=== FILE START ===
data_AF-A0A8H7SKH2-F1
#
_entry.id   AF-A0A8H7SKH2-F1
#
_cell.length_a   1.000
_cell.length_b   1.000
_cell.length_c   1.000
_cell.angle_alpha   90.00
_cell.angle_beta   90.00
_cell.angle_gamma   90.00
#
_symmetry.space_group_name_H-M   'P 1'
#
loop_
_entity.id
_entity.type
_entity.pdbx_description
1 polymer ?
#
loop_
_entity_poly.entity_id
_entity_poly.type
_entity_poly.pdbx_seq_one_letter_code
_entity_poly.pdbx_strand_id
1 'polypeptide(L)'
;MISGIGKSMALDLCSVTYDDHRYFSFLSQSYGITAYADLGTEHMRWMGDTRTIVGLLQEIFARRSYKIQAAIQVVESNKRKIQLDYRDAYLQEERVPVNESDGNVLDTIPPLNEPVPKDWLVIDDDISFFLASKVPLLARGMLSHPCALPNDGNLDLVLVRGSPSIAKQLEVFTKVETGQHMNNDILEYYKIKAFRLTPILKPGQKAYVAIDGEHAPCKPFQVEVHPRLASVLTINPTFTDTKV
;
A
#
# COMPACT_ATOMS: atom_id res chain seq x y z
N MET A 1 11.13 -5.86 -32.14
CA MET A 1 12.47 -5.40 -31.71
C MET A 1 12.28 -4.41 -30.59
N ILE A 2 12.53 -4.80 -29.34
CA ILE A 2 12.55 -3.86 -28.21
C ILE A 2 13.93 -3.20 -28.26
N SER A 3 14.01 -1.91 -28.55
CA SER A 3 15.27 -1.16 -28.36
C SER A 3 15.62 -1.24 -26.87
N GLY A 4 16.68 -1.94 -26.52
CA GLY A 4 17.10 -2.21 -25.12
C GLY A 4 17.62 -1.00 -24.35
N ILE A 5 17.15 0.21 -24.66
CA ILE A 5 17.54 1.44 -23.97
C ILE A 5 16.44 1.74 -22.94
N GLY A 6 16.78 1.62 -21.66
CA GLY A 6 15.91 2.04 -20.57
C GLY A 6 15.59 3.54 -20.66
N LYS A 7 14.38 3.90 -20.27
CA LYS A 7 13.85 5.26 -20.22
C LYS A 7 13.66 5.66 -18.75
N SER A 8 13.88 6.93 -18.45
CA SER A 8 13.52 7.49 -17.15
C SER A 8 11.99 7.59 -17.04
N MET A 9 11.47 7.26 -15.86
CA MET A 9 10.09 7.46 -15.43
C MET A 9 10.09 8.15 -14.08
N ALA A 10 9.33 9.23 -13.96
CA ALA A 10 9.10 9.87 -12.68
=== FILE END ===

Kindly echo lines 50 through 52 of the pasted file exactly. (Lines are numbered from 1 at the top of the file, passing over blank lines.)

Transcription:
CA LYS A 7 13.85 5.26 -20.22
C LYS A 7 13.66 5.66 -18.75
N SER A 8 13.88 6.93 -18.45